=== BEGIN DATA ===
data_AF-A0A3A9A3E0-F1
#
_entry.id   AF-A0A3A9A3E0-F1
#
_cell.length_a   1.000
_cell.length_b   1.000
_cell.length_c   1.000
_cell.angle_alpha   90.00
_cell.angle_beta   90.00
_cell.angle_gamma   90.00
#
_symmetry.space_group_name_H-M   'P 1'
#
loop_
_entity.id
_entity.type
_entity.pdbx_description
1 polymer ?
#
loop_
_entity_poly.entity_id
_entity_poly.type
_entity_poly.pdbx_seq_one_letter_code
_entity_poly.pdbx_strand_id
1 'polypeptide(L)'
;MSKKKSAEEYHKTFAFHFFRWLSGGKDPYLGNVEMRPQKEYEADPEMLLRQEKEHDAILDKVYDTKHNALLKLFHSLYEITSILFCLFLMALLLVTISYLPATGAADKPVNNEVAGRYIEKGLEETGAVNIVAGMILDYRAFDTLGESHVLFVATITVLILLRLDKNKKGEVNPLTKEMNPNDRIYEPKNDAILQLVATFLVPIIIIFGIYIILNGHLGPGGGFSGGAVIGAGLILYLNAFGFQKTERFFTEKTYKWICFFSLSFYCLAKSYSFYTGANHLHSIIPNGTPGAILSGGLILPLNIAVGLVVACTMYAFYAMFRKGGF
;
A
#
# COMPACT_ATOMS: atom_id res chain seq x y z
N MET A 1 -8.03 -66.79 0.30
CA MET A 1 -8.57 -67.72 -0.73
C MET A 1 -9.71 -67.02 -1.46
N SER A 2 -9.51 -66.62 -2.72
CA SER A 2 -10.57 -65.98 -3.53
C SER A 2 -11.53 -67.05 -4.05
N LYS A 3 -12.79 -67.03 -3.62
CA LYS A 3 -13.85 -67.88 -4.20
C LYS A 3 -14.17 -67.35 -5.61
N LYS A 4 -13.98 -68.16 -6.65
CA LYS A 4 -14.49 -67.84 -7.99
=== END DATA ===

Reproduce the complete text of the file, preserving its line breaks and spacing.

data_AF-A0A3A9A3E0-F1
#
_entry.id   AF-A0A3A9A3E0-F1
#
_cell.length_a   1.000
_cell.length_b   1.000
_cell.length_c   1.000
_cell.angle_alpha   90.00
_cell.angle_beta   90.00
_cell.angle_gamma   90.00
#
_symmetry.space_group_name_H-M   'P 1'
#
loop_
_entity.id
_entity.type
_entity.pdbx_description
1 polymer ?
#
loop_
_entity_poly.entity_id
_entity_poly.type
_entity_poly.pdbx_seq_one_letter_code
_entity_poly.pdbx_strand_id
1 'polypeptide(L)'
;MSKKKSAEEYHKTFAFHFFRWLSGGKDPYLGNVEMRPQKEYEADPEMLLRQEKEHDAILDKVYDTKHNALLKLFHSLYEITSILFCLFLMALLLVTISYLPATGAADKPVNNEVAGRYIEKGLEETGAVNIVAGMILDYRAFDTLGESHVLFVATITVLILLRLDKNKKGEVNPLTKEMNPNDRIYEPKNDAILQLVATFLVPIIIIFGIYIILNGHLGPGGGFSGGAVIGAGLILYLNAFGFQKTERFFTEKTYKWICFFSLSFYCLAKSYSFYTGANHLHSIIPNGTPGAILSGGLILPLNIAVGLVVACTMYAFYAMFRKGGF
;
A
#
# COMPACT_ATOMS: atom_id res chain seq x y z
N MET A 1 -8.03 -66.79 0.30
CA MET A 1 -8.57 -67.72 -0.73
C MET A 1 -9.71 -67.02 -1.46
N SER A 2 -9.51 -66.62 -2.72
CA SER A 2 -10.57 -65.98 -3.53
C SER A 2 -11.53 -67.05 -4.05
N LYS A 3 -12.79 -67.03 -3.62
CA LYS A 3 -13.85 -67.88 -4.20
C LYS A 3 -14.17 -67.35 -5.61
N LYS A 4 -13.98 -68.16 -6.65
CA LYS A 4 -14.49 -67.84 -7.99